Keeping social insurance efficient and financially viable


Yes, we want to and we will keep these social security contributions below 40% not only for this election period, but also in general and for all future periods, so that employees and employers are not unduly burdened in this area.

Peter Altmaier, Federal Minister of Economics September 2018

The contribution rate for social security must remain below 40% in the future. For this reason, social security benefits must not be allowed to rise at a permanently higher rate than economic strength. Otherwise, massive risks will arise for international competitiveness and economic development at home. This would have unfavorable effects on employment and would also jeopardize social cohesion and a fair balance between the generations involved.
It is 0.05 before 12
As of January 1, 2021, the contribution rates for pension, health, unemployment and long-term care insurance already added up to 39.95%. They were thus just below the 40% mark. Compared with the previous year, the contribution burden increased by 0.2 percentage points because the average additional contribution rate for statutory health insurance rose by the same amount.
In February 2019, the Confederation of German Employers' Associations set up a commission on the future of social insurance. Under the leadership of Professor Dr. Werding (Ruhr University Bochum), it has drawn up proposals on how the total social insurance contribution rates can be kept below 40% in the long term.
The shows that the already high burden on wages and salaries is likely to increase significantly in the coming decades. On the basis of current legislation, the contribution rate is expected to rise to around 50% (49.6%) by 2040. This would create massive risks for international competitiveness and domestic economic development with unfavorable effects on employment, and would also jeopardize social cohesion and a fair balance between the generations involved. The political target of an upper limit of 40% for social security contributions was not set arbitrarily, but rather resulted from experience with economic development in Germany.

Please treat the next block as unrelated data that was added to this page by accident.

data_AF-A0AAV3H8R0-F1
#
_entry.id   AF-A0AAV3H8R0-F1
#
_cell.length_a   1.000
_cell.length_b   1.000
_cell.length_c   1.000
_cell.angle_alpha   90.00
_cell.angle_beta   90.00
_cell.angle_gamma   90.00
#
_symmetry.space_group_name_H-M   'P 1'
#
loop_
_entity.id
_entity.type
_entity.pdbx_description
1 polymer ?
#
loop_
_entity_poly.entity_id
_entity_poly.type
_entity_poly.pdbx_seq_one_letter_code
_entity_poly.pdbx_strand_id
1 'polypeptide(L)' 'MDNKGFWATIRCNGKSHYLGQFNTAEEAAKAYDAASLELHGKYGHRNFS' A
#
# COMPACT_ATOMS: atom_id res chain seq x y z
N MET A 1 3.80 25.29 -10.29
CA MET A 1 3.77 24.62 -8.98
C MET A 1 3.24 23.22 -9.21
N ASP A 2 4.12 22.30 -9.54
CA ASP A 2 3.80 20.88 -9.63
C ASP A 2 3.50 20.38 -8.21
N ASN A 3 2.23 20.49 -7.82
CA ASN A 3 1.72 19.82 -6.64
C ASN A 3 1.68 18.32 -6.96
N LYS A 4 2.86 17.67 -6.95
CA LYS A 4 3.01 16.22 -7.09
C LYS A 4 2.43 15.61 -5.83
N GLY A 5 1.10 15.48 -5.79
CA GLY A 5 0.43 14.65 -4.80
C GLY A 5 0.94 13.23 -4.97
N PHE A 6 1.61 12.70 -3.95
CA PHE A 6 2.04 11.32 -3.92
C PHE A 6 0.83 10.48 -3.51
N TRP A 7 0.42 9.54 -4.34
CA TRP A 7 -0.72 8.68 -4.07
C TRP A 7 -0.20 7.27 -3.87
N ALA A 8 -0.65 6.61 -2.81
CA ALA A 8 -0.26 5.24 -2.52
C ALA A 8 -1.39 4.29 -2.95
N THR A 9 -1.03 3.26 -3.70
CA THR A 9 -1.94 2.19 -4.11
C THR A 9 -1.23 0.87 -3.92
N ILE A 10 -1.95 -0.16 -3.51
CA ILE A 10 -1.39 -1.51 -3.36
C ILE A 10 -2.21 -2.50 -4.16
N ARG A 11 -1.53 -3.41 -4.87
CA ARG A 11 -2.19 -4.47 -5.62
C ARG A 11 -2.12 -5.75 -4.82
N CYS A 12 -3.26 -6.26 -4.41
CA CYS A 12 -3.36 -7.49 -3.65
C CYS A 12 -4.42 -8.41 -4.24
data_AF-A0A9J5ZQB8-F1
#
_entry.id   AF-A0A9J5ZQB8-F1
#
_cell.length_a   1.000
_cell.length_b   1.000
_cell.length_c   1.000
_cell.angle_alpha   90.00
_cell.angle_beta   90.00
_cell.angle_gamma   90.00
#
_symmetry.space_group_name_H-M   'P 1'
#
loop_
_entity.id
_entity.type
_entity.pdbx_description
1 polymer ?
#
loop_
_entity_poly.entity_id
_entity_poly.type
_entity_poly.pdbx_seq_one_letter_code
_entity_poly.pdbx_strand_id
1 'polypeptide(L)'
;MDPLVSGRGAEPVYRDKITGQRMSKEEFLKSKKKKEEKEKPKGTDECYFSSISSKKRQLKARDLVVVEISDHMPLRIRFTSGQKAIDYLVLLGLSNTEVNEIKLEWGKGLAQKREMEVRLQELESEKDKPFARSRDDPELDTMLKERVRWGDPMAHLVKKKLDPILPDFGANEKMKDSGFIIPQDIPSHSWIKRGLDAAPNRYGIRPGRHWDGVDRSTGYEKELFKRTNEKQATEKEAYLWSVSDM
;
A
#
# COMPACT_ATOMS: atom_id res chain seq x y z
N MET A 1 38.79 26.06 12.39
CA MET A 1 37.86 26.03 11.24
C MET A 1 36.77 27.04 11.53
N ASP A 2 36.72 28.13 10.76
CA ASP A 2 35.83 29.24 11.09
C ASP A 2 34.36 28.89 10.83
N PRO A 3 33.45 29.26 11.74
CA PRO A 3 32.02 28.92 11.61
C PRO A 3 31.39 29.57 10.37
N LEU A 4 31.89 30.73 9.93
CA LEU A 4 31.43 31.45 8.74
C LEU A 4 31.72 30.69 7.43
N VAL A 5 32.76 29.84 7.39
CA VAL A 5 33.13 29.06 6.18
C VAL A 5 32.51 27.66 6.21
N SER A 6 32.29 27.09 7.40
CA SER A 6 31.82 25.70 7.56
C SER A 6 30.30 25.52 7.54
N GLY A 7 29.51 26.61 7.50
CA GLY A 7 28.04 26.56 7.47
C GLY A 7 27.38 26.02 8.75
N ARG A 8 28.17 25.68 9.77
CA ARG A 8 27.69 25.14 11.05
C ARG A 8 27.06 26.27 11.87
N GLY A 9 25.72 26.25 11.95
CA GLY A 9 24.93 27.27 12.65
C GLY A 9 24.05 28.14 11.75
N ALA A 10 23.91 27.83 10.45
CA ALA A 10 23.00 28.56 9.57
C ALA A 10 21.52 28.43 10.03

The overall social security contribution must not be allowed to rise above 40% in the future either, as each increase makes labor an increasingly expensive factor for companies. Every additional contribution rate point therefore costs jobs, as has also shown in a study.
The German government regularly asserts that it wants to strengthen and expand the competitiveness of the German economy. However, there are no measures to stabilize the future burden of social security contributions on labor.
The BDA therefore advocates - in its policy positions, statements and publications - concentrating the benefits of all branches of social insurance on a basic level of security and having individuals finance the entitlements above and beyond this themselves. This is possible without compromising social security and without financially overburdening those affected, especially since falling compulsory contributions also create additional room for maneuver.
The relationship between solidarity and subsidiarity must be brought back into proportion. The community of solidarity should only step in where individuals cannot help themselves through their own efforts. Greater emphasis on the principle of subsidiarity not only creates greater fairness in terms of benefits, but also keeps the welfare state financially viable in the long term.
Social benefits rise faster than economic strength
Funds totaling €1,099.7 billion were raised to finance current and future social benefits in 2019, i.e. before the Corona crisis, 3.7% more than in 2018. In relation to gross domestic product, which rose by 2.7% in the reporting year, this results in a significant increase in the social benefit ratio of 0.5 percentage points to now 30.3% of gross domestic product.
This development is particularly alarming because the social budget figures do not even include the Corona crisis, which will lead to a further divergence between social spending and economic strength. On the contrary, the welfare state had already grown disproportionately even before the current crisis - and this despite a long upswing and record employment. It is all the more important now that solidarity and subsidiarity - with a view to a sustainable and generation-appropriate policy - be brought back into an appropriate balance.
Total social security contribution
According to Section 28d of the German Social Security Code (SGB IV), the total social security contribution includes all contributions to the social security branches financed jointly by employees and employers, i.e. pension, health, unemployment and long-term care insurance. The special contribution to statutory health insurance (1.3%) and the supplementary contribution for childless persons to social long-term care insurance introduced on January 1, 2005 (0.25% and 0.07% respectively on average for all members) are thus also included in the total social insurance contribution.

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Facts and figures

Employers contribute the most to financing the German welfare state:
According to the German government's social budget, the employers' share of financing for all social benefits was 34.8%, higher than that of the state (32.8%) and higher than the social contributions of the insured (30.9%). Employers thus already bear the highest cost burden.